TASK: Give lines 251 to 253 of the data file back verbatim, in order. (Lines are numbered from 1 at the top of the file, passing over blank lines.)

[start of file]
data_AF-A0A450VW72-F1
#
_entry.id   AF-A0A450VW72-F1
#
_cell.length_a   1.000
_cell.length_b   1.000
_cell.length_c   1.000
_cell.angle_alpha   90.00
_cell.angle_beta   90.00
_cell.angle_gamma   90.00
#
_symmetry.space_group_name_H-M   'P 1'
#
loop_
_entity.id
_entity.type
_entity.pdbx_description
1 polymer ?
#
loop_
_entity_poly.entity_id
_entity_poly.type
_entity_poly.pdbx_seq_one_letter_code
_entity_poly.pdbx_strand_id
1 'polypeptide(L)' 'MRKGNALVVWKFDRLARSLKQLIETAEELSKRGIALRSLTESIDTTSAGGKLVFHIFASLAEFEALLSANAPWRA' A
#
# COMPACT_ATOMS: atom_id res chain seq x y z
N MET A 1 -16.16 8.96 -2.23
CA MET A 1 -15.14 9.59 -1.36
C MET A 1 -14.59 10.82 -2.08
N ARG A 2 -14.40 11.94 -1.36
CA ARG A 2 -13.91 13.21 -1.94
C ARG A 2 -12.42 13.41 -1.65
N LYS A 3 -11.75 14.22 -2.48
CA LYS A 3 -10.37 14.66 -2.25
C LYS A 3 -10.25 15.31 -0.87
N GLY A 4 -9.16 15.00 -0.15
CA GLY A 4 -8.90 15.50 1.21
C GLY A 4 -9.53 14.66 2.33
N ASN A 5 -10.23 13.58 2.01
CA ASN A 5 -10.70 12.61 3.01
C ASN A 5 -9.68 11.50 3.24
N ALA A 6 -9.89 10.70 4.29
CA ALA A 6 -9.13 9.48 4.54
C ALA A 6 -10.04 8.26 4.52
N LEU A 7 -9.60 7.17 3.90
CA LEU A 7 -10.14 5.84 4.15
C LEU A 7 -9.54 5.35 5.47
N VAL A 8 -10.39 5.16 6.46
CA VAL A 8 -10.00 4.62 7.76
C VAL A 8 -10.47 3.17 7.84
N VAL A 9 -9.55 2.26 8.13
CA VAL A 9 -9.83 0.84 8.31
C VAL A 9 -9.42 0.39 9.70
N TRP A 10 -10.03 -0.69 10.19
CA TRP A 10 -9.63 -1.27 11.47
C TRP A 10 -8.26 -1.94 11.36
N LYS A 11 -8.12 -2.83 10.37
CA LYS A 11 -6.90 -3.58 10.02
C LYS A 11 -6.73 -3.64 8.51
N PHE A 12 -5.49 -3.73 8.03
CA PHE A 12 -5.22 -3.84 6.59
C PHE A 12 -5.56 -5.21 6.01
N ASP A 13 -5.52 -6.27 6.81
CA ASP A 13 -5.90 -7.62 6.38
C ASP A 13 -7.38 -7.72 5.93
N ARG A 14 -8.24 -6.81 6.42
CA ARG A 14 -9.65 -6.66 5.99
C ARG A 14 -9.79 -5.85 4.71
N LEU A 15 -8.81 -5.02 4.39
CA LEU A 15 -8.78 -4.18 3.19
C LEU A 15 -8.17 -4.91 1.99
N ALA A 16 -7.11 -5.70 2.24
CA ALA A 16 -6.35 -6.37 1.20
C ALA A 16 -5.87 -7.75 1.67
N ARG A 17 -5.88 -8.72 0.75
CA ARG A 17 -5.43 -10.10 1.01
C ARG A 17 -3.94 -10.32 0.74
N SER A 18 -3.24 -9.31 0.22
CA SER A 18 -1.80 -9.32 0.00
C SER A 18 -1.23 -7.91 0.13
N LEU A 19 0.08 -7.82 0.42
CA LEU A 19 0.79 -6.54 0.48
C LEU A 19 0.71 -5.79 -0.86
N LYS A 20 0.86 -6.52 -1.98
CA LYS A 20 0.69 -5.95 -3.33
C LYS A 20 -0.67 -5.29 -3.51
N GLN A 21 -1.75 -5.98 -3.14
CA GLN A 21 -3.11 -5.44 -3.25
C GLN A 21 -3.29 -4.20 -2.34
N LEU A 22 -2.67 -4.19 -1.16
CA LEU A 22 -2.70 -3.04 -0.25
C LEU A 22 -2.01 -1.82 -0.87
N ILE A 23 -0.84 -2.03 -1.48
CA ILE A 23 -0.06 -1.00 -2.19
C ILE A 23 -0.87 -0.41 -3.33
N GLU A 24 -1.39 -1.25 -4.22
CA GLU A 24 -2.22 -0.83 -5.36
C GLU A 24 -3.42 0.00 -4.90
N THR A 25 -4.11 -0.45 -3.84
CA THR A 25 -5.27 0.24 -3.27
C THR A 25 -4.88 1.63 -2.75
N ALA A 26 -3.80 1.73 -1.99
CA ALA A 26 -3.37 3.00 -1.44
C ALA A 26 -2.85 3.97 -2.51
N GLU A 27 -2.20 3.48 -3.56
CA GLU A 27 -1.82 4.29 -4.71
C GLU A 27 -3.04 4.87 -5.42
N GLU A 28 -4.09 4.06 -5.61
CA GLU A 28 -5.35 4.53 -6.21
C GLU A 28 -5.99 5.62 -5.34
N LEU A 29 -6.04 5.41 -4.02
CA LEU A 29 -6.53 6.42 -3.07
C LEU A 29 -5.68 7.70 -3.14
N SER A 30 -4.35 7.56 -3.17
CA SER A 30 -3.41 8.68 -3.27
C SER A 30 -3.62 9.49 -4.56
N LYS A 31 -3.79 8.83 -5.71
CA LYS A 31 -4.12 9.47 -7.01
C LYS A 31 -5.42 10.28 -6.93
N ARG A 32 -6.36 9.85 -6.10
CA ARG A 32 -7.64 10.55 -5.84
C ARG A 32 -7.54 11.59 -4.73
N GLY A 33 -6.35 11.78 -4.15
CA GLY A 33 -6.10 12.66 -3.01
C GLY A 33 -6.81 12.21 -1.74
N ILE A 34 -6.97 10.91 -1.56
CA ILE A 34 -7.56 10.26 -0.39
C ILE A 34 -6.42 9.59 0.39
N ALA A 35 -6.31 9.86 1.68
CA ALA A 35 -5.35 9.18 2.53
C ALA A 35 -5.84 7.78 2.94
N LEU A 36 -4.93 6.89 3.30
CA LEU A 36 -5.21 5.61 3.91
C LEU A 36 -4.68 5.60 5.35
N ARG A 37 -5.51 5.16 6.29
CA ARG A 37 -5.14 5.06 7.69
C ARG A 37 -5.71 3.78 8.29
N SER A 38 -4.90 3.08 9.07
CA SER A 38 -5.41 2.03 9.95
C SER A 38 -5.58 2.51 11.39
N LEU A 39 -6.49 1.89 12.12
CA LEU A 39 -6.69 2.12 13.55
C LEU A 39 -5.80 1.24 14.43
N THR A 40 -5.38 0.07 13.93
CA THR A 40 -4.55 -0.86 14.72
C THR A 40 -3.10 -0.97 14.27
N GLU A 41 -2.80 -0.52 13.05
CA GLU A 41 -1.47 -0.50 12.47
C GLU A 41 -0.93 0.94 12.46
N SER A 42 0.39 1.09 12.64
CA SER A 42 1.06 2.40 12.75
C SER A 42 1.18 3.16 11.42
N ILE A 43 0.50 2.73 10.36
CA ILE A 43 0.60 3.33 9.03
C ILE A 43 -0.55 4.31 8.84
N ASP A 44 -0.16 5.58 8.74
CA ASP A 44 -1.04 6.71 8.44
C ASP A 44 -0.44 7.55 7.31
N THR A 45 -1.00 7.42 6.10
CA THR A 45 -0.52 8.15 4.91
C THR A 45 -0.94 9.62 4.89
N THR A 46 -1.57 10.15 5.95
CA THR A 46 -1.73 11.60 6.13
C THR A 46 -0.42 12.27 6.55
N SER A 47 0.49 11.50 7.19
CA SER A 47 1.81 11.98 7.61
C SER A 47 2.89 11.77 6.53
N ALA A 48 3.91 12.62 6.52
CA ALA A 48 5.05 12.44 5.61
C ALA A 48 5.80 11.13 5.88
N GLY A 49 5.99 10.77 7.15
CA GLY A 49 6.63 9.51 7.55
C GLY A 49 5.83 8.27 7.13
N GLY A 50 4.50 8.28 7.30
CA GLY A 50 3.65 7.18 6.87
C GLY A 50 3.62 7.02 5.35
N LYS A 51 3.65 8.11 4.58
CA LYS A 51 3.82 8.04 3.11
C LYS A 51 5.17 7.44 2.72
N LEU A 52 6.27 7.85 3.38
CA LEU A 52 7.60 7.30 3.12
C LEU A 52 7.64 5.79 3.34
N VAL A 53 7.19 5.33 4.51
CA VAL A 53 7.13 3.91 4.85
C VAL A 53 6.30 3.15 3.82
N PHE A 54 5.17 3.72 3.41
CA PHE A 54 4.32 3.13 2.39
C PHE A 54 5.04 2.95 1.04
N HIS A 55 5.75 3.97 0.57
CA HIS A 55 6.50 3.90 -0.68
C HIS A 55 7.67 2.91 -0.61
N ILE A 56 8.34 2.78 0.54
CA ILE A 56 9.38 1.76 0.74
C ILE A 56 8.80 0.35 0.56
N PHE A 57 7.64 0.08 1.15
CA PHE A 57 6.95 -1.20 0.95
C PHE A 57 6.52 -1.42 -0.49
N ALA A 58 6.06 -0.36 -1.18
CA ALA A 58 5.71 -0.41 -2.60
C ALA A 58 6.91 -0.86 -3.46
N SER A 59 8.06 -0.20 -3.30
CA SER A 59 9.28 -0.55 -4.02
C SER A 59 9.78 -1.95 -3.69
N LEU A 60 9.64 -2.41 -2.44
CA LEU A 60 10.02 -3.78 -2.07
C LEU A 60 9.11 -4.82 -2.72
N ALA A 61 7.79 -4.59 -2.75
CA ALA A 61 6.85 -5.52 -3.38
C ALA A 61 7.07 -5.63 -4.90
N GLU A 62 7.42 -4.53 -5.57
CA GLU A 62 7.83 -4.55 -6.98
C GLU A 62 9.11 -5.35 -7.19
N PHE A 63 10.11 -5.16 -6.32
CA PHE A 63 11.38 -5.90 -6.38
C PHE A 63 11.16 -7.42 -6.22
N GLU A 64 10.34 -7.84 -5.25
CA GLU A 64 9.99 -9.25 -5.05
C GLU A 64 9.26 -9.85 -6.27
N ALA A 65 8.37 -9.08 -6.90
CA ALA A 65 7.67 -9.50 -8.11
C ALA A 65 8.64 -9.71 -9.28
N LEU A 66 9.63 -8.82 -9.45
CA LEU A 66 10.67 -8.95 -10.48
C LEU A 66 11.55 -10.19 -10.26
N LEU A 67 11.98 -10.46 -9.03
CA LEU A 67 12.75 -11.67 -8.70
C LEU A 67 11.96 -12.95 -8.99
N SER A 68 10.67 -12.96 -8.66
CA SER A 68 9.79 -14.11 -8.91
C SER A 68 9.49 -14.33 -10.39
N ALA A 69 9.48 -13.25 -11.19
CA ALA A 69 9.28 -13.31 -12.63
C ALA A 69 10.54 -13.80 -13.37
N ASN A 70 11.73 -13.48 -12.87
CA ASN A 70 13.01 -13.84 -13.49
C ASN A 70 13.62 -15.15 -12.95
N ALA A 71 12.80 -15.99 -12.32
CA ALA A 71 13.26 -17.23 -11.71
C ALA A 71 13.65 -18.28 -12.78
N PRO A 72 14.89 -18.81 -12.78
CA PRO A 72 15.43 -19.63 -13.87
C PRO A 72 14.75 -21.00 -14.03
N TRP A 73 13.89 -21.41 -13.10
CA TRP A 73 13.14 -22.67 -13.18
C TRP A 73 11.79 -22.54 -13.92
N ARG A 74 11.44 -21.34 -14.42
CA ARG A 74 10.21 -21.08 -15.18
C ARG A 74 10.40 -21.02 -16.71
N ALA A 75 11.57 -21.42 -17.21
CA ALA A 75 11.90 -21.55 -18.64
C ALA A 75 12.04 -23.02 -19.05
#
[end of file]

CA ALA A 75 11.90 -21.55 -18.64
C ALA A 75 12.04 -23.02 -19.05
#